Soap Box: The Fall Race We Deserve (But Probably Won't See)

Monday, February 1, 2016
While Clinton and Kasich are their respective parties' most qualified candidates this campaign season, their capabilities are being eclipsed by voters' preference for style over substance.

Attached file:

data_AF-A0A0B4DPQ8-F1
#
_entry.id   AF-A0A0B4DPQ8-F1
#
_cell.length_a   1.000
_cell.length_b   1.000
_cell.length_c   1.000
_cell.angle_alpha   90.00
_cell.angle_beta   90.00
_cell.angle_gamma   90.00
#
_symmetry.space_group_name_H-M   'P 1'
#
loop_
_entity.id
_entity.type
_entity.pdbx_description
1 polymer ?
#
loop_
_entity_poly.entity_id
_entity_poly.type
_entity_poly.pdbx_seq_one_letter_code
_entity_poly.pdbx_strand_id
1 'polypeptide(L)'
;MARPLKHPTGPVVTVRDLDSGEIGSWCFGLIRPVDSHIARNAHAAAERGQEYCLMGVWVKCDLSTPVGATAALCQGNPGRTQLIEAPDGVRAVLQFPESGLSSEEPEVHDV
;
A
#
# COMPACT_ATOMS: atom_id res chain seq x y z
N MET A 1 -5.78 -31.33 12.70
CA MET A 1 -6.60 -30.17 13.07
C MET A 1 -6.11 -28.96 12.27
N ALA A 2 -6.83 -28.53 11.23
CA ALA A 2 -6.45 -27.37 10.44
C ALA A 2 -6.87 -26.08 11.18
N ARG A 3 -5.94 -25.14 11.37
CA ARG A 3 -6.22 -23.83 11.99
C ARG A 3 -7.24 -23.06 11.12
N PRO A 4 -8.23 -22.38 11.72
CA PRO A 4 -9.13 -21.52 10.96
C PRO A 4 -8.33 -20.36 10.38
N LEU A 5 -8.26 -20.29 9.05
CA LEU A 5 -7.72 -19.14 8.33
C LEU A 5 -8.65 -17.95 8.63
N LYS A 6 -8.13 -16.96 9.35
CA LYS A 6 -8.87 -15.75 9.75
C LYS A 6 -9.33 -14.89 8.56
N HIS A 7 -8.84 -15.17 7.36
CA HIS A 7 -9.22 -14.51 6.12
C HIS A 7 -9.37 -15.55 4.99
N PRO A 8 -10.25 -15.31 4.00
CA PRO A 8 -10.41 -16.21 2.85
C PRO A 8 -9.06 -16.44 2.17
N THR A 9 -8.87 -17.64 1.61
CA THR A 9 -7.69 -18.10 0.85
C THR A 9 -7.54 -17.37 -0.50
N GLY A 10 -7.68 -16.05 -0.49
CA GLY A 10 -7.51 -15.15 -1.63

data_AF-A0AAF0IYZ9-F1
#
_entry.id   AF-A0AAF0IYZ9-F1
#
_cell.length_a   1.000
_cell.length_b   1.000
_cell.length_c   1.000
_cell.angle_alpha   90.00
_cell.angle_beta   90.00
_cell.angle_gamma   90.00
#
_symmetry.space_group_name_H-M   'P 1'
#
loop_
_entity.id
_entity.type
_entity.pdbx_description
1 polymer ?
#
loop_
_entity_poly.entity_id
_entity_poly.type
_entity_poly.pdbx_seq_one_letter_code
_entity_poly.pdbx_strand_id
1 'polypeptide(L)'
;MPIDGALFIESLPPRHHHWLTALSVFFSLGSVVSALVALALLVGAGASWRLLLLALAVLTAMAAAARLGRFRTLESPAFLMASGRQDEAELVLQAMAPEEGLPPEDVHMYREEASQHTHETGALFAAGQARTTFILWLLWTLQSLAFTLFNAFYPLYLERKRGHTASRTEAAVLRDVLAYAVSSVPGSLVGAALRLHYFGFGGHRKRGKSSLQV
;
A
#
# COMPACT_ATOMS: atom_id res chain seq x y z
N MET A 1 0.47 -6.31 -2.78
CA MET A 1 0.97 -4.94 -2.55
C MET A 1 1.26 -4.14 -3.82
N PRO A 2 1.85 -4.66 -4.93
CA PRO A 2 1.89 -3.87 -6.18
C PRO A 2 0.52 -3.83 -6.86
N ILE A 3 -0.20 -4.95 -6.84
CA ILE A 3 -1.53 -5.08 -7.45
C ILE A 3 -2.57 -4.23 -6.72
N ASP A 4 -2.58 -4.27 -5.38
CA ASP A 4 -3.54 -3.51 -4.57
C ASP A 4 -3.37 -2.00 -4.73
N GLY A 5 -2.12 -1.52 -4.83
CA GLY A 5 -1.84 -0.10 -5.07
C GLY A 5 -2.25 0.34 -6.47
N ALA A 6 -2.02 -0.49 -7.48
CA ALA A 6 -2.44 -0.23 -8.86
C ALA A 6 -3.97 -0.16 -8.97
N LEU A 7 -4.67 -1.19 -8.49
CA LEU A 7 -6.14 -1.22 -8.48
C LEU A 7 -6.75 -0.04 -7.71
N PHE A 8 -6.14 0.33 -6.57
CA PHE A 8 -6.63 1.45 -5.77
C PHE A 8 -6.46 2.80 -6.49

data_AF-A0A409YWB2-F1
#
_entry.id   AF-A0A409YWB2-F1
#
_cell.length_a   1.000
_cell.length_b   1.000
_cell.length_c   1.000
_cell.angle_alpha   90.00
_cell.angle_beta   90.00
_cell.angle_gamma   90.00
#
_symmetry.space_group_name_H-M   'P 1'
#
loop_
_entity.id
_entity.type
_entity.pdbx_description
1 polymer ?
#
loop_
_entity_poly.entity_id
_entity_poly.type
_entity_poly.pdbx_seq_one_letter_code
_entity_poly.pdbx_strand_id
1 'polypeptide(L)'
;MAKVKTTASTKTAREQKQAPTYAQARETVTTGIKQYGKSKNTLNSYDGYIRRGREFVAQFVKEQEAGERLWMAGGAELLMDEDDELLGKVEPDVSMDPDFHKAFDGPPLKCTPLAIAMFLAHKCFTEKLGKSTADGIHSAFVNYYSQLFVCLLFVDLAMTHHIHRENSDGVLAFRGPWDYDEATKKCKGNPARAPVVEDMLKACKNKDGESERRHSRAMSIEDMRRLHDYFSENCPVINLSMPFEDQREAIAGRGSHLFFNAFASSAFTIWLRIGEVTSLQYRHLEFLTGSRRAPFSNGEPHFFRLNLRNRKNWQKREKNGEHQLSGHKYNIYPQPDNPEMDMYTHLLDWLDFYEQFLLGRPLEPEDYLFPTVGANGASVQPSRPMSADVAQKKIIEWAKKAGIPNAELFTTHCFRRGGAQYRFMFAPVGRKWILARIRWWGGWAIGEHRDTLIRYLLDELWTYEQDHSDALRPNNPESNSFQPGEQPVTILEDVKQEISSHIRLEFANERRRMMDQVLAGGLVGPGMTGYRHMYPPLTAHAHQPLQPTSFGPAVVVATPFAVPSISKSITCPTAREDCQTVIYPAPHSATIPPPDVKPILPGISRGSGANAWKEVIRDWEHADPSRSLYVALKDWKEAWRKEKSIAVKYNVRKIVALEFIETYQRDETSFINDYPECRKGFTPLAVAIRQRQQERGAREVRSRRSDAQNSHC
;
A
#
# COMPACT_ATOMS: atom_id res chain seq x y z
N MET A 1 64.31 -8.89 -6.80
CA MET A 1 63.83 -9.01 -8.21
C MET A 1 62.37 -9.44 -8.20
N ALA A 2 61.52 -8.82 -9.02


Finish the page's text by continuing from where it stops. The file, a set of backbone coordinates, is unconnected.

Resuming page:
Our copy of The New York Times arrived on the driveway early yesterday morning and, because of the  current internet-based paradigm of "pushing" news before it's seen in print, I already knew what it contained regarding today's Iowa caucuses. On the eve of this long-awaited start to the 2016 presidential primary process, the paper's editorial board announced its choices for endorsements--the time-honored political practice of publicly bestowing support to or approval of a person or position. With a long history of endorsing presidential candidates that goes back to Abraham Lincoln's first run for the White House in 1860 (and an overall 61 percent--24  out of 39 times backing the winner--accuracy rating for those general elections), the receipt of  "The Gray Lady's" auspicious sanction was seen by many politicians as a needed boost to a flagging campaign or as yet another example of the inevitability of their cause or candidacy to the voting public. In today's social media-dominated world where everyone can have a platform and express an opinion, newspaper endorsements have diminished in importance but are still seen as "bellwethers" to gauge support within the media "establishment".